Carlos Santana is a pretzel wrapped in an enigma

I love talking baseball.

When I was a young lad of five or so (give or take, my memories are hazy), I became a baseball fan. I hadn't gone to a big league game yet, but I had listened to several games on the stoop in my front yard in Avon Lake, Ohio. Those summer nights were glorious.

Baseball was a conversation piece back then, long before the visual stimulation that would come with my first game.

I loved talking baseball then.

I love talking baseball now.

I love sharing what I love about the game, and enjoy the quirky stats that make it a daily fortune cookie for me. I never know what the hell I'm going to open up from day-today, and week-to-week.

Some fortunes I love, and pocket. Some fortunes I hate, and leave on the plate when I pay the bill. But it all sticks with me. I love being right, don't mind being wrong, and love the in between that makes baseball the best sport in the world.

I've "covered" baseball over the past 15 years with no pretense. When I started my first blog, it's because I moved away from the great city of Cleveland, and lost my daily source of sports' talk. North Carolina's weather is great, but it's major league baseball isn't.

That's when I started following the minors, and while I could wind my way through all the people I've met and talked to about both the Indians and just the game itself, it would take away from the point of this piece, and the podcast in which it fronts.

The tale of the game of baseball is always a lot more complicated than liking or hating a player, as well as the stats that the player produces. Which gets me to the point of this.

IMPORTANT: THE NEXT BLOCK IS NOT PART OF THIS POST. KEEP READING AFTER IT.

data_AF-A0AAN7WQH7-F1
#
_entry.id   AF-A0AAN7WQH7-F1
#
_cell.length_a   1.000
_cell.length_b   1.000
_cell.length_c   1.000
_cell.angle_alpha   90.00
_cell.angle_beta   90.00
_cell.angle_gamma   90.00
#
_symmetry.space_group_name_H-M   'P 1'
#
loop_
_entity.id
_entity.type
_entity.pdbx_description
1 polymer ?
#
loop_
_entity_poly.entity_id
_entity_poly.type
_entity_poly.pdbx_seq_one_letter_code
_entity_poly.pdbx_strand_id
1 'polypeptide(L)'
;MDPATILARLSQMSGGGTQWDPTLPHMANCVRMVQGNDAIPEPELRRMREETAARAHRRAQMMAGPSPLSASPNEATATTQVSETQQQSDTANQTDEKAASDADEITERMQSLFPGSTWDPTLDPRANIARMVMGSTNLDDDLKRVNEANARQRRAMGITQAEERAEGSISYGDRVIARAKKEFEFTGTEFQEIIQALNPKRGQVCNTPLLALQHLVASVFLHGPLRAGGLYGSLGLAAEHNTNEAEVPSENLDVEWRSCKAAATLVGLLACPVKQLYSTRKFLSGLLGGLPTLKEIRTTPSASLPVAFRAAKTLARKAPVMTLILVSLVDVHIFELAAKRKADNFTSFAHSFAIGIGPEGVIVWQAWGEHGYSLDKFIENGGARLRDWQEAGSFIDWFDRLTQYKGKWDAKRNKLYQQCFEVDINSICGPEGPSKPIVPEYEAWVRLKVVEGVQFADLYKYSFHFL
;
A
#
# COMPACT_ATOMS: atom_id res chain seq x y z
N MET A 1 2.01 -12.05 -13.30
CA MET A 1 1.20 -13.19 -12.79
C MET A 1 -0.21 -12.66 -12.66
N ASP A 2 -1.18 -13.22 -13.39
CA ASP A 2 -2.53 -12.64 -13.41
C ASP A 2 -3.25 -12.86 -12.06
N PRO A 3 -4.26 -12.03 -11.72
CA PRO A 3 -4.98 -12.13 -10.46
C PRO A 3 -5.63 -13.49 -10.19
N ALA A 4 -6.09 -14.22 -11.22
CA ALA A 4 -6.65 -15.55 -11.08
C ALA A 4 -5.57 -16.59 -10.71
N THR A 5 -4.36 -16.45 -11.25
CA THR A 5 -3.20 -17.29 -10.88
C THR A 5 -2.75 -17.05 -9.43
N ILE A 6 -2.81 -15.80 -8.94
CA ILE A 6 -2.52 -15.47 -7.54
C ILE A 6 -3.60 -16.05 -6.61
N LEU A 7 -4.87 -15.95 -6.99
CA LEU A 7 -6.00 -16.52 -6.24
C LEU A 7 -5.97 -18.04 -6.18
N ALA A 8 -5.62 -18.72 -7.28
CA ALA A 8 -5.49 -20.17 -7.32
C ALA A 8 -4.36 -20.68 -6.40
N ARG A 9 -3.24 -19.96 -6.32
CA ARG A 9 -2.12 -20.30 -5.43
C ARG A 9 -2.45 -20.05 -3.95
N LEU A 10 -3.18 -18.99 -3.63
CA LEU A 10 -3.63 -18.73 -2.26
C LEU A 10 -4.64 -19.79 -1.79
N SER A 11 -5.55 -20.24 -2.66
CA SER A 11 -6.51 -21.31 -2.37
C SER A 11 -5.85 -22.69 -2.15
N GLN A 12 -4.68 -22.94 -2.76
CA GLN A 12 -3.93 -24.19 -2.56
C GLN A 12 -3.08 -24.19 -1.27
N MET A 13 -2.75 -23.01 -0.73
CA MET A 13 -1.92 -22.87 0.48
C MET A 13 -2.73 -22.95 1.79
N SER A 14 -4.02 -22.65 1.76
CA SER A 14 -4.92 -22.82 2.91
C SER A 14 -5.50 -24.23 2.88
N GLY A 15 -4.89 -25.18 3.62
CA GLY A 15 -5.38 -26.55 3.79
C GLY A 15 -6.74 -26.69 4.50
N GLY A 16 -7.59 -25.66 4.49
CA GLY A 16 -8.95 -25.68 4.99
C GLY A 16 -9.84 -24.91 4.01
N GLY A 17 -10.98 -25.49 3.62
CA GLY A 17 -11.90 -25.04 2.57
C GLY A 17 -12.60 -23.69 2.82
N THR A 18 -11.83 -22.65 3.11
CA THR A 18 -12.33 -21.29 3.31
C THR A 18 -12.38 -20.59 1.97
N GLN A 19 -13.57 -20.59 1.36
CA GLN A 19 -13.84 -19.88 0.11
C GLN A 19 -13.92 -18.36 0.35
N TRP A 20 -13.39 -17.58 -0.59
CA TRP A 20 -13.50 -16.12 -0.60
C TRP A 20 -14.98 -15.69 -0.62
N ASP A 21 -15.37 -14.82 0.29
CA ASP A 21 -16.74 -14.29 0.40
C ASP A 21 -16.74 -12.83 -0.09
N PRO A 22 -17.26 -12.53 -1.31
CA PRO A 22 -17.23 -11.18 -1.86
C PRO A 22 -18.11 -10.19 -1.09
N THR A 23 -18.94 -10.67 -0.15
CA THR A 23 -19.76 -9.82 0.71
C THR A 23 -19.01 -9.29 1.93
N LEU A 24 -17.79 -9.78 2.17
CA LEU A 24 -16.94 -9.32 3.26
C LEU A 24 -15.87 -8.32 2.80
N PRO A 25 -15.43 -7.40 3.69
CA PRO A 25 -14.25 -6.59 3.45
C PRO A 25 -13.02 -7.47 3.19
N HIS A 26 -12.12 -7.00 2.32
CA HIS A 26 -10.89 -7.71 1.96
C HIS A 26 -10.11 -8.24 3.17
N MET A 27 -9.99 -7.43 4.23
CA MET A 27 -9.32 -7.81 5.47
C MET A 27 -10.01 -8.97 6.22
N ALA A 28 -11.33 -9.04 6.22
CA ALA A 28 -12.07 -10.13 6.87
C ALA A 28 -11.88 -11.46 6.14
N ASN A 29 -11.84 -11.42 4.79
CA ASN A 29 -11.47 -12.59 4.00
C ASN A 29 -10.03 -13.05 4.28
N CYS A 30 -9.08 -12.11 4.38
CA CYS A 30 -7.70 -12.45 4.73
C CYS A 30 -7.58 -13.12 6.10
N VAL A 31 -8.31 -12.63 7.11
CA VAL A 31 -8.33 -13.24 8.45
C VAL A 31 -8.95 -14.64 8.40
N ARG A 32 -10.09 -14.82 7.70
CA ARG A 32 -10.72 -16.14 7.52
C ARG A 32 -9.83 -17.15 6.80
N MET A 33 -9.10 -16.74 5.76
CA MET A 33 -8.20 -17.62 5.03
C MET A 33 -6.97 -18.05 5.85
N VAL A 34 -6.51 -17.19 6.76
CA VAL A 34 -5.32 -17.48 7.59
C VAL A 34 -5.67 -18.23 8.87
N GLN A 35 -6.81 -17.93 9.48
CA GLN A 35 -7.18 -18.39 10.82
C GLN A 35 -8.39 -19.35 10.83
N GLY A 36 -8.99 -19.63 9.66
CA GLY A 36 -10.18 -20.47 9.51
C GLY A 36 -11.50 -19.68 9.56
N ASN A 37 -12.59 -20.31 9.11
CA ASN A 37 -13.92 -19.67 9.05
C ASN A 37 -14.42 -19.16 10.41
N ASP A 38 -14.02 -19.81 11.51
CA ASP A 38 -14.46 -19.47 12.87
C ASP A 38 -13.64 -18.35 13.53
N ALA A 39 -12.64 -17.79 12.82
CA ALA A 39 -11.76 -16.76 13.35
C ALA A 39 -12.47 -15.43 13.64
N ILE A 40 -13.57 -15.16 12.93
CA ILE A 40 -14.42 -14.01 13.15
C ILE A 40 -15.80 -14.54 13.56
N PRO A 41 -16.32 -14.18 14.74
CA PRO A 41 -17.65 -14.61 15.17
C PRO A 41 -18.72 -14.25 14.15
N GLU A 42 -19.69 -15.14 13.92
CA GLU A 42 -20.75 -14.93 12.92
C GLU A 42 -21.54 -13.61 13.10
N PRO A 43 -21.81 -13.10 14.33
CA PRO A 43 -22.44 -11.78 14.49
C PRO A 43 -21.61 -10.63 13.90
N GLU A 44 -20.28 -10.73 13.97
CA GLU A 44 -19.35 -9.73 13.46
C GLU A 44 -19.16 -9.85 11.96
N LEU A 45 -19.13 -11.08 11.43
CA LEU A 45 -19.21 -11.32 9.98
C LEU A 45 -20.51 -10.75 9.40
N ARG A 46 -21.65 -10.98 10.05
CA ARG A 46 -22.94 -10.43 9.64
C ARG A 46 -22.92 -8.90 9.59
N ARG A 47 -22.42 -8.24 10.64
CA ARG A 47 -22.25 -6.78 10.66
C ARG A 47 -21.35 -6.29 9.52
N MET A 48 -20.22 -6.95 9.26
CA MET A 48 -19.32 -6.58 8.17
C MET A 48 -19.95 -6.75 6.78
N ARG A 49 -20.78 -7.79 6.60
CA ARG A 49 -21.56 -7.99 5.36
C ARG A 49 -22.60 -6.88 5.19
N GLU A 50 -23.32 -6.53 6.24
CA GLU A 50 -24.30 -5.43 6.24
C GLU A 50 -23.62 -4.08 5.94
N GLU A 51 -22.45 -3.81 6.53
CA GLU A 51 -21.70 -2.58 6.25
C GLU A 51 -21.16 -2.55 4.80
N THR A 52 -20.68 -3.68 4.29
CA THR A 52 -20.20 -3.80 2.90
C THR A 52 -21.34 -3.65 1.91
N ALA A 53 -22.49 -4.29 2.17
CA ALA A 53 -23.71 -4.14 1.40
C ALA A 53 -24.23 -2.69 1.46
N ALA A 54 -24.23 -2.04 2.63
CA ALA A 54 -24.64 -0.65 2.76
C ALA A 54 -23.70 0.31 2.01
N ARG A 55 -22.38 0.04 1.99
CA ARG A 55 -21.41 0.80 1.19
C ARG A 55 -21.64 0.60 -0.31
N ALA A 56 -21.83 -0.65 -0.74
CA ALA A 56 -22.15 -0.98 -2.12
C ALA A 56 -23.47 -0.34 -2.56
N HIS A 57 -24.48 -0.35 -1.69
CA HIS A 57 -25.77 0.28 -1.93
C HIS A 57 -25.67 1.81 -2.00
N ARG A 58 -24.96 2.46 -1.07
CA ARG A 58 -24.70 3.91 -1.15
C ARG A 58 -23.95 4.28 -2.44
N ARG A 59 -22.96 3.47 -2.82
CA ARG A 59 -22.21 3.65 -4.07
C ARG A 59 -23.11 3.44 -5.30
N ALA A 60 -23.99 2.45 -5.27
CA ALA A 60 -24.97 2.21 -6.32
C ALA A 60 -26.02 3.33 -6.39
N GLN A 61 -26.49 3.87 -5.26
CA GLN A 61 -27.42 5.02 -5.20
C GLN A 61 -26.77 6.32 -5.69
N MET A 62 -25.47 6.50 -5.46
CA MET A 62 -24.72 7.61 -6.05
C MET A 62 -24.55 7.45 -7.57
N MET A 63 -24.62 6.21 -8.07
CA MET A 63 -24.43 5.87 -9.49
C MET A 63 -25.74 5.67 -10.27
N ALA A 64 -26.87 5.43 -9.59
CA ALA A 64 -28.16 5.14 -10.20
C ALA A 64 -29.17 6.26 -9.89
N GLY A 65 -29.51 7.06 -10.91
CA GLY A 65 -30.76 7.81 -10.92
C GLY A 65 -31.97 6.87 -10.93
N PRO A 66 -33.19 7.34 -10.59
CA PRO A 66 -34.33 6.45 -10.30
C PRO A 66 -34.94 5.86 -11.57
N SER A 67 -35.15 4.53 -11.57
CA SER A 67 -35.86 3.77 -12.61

What's frustrated me over the past several years has been the dialogue regarding one Carlos Santana. I'm not going to sit here and pretend that I understand the depth of his brilliance, but will counter that by saying that I trust the opinions of a lot of people I would consider friends who are firm believers in how good he is.

What I know now is that he wasn't the player I thought he was going to be when the Indians traded for him. That's not anyone's fault but my own. While I can dive into the depths of statistics with anyone, that's not my forte, nor is it my first order of business.

I love to watch. I love to talk. I love to just be around the game.

With Santana, that's taken me down a lot of paths, and I have no problem hopping tracks. I have no problem with fans "who know less than me" saying that he doesn't hit 30 homers. I have no problem with someone telling me that average doesn't mean a thing. I have no problem saying that I see value in both, and for a variety of different reasons.

Let's walk down a rabbit hole of sorts.

A good friend of mine retired from the service a couple of years ago, and we recently sat down and had a beer while talking baseball. Somehow, the conversation turned to his tours of Iraq and Afghanistan, and the people that were initially in charge of him, and ultimately, who he was in charge of.

I'll never forget what he said that day, and it has driven me with regards to baseball.
"I've had leaders that believe that only certain intel is important. They disregard everything else, and focus on that intel. That's not always the wrong way to look at things, but if you miss something, it can really turn into a clustermuck."
He didn't say clustermuck.